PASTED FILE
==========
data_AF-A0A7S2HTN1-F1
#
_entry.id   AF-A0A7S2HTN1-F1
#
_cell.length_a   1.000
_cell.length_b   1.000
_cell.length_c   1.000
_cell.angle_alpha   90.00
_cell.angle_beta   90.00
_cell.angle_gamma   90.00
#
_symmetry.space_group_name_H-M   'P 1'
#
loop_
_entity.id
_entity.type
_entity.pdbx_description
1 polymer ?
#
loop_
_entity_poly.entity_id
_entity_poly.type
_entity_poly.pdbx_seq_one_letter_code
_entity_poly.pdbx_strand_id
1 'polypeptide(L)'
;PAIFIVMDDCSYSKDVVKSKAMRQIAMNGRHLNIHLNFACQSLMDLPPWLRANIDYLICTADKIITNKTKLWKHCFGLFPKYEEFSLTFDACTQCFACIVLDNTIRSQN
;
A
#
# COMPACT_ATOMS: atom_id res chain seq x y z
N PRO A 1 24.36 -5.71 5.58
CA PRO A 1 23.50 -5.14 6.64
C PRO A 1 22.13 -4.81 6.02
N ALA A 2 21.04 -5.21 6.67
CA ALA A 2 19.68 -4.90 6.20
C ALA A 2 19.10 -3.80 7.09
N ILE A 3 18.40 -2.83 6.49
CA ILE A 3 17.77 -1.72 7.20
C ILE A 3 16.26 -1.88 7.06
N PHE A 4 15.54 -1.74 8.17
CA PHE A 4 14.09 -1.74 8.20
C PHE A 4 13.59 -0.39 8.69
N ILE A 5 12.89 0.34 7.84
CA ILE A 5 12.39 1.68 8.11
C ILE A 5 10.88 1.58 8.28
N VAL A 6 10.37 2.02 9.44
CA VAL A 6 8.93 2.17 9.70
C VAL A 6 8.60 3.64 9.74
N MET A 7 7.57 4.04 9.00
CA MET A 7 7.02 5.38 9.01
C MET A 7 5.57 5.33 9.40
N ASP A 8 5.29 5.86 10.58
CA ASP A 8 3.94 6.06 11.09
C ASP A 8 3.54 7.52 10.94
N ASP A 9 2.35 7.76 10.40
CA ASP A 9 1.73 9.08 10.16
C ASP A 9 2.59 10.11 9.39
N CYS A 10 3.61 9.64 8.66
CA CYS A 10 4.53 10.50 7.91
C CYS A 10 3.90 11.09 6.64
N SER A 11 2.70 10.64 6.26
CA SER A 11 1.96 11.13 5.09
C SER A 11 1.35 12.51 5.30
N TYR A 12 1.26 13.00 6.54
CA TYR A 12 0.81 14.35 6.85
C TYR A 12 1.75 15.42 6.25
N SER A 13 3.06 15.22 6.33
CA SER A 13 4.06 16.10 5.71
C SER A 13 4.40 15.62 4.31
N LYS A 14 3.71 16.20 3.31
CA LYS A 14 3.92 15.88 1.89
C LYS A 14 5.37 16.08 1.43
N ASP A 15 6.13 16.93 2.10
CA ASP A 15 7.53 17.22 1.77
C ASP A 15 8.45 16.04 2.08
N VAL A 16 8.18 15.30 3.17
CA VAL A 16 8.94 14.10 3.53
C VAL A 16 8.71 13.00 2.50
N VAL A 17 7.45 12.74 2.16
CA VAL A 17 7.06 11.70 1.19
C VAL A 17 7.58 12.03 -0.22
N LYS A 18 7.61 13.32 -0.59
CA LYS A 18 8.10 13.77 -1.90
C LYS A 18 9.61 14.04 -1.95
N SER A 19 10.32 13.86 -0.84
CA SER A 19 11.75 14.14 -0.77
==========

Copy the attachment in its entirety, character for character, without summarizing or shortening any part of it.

data_AF-A0A7S2HTN1-F1
#
_entry.id   AF-A0A7S2HTN1-F1
#
_cell.length_a   1.000
_cell.length_b   1.000
_cell.length_c   1.000
_cell.angle_alpha   90.00
_cell.angle_beta   90.00
_cell.angle_gamma   90.00
#
_symmetry.space_group_name_H-M   'P 1'
#
loop_
_entity.id
_entity.type
_entity.pdbx_description
1 polymer ?
#
loop_
_entity_poly.entity_id
_entity_poly.type
_entity_poly.pdbx_seq_one_letter_code
_entity_poly.pdbx_strand_id
1 'polypeptide(L)'
;PAIFIVMDDCSYSKDVVKSKAMRQIAMNGRHLNIHLNFACQSLMDLPPWLRANIDYLICTADKIITNKTKLWKHCFGLFPKYEEFSLTFDACTQCFACIVLDNTIRSQN
;
A
#
# COMPACT_ATOMS: atom_id res chain seq x y z
N PRO A 1 24.36 -5.71 5.58
CA PRO A 1 23.50 -5.14 6.64
C PRO A 1 22.13 -4.81 6.02
N ALA A 2 21.04 -5.21 6.67
CA ALA A 2 19.68 -4.90 6.20
C ALA A 2 19.10 -3.80 7.09
N ILE A 3 18.40 -2.83 6.49
CA ILE A 3 17.77 -1.72 7.20
C ILE A 3 16.26 -1.88 7.06
N PHE A 4 15.54 -1.74 8.17
CA PHE A 4 14.09 -1.74 8.20
C PHE A 4 13.59 -0.39 8.69
N ILE A 5 12.89 0.34 7.84
CA ILE A 5 12.39 1.68 8.11
C ILE A 5 10.88 1.58 8.28
N VAL A 6 10.37 2.02 9.44
CA VAL A 6 8.93 2.17 9.70
C VAL A 6 8.60 3.64 9.74
N MET A 7 7.57 4.04 9.00
CA MET A 7 7.02 5.38 9.01
C MET A 7 5.57 5.33 9.40
N ASP A 8 5.29 5.86 10.58
CA ASP A 8 3.94 6.06 11.09
C ASP A 8 3.54 7.52 10.94
N ASP A 9 2.35 7.76 10.40
CA ASP A 9 1.73 9.08 10.16
C ASP A 9 2.59 10.11 9.39
N CYS A 10 3.61 9.64 8.66
CA CYS A 10 4.53 10.50 7.91
C CYS A 10 3.90 11.09 6.64
N SER A 11 2.70 10.64 6.26
CA SER A 11 1.96 11.13 5.09
C SER A 11 1.35 12.51 5.30
N TYR A 12 1.26 13.00 6.54
CA TYR A 12 0.81 14.35 6.85
C TYR A 12 1.75 15.42 6.25
N SER A 13 3.06 15.22 6.33
CA SER A 13 4.06 16.10 5.71
C SER A 13 4.40 15.62 4.31
N LYS A 14 3.71 16.20 3.31
CA LYS A 14 3.92 15.88 1.89
C LYS A 14 5.37 16.08 1.43
N ASP A 15 6.13 16.93 2.10
CA ASP A 15 7.53 17.22 1.77
C ASP A 15 8.45 16.04 2.08
N VAL A 16 8.18 15.30 3.17
CA VAL A 16 8.94 14.10 3.53
C VAL A 16 8.71 13.00 2.50
N VAL A 17 7.45 12.74 2.16
CA VAL A 17 7.06 11.70 1.19
C VAL A 17 7.58 12.03 -0.22
N LYS A 18 7.61 13.32 -0.59
CA LYS A 18 8.10 13.77 -1.90
C LYS A 18 9.61 14.04 -1.95
N SER A 19 10.32 13.86 -0.84
CA SER A 19 11.75 14.14 -0.77